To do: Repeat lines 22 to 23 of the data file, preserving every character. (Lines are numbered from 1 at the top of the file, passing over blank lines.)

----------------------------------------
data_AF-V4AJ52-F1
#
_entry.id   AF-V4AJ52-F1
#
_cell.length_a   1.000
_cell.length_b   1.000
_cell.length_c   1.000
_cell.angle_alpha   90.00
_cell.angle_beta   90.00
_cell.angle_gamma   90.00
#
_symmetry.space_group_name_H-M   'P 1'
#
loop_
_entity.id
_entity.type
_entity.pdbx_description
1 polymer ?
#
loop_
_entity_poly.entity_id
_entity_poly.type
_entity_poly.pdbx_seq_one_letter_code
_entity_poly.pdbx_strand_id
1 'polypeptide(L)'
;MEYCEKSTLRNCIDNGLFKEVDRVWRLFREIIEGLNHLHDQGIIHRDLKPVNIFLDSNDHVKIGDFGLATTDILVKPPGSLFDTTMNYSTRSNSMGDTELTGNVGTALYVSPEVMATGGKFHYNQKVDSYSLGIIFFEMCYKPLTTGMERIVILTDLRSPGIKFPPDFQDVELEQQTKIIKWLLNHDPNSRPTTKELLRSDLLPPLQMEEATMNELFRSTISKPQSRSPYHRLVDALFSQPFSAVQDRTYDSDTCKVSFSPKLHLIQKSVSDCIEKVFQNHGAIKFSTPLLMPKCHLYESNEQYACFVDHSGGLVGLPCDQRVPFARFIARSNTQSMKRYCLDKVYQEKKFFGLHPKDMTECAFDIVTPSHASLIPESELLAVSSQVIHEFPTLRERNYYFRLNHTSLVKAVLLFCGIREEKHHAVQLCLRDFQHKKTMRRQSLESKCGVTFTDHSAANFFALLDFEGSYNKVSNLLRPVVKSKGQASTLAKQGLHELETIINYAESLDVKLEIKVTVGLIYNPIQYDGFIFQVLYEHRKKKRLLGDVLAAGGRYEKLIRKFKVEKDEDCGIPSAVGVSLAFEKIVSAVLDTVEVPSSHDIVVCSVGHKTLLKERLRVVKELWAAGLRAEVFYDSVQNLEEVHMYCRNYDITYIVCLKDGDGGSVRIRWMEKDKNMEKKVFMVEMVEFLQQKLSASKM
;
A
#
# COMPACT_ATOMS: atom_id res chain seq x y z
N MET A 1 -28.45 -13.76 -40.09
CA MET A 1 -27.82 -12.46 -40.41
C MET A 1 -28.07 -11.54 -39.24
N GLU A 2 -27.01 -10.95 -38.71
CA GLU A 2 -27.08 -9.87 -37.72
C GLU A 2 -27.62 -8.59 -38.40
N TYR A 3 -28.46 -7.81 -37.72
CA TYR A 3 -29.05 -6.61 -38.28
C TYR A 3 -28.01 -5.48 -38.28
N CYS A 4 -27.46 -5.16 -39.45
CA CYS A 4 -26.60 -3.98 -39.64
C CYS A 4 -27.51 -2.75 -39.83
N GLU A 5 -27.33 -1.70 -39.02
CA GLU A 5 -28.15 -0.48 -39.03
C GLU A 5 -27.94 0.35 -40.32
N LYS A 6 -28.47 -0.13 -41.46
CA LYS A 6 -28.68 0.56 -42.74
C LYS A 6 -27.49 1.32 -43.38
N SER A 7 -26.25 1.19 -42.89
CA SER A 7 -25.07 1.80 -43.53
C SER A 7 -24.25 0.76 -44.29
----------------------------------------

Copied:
_entity_poly.type
_entity_poly.pdbx_seq_one_letter_code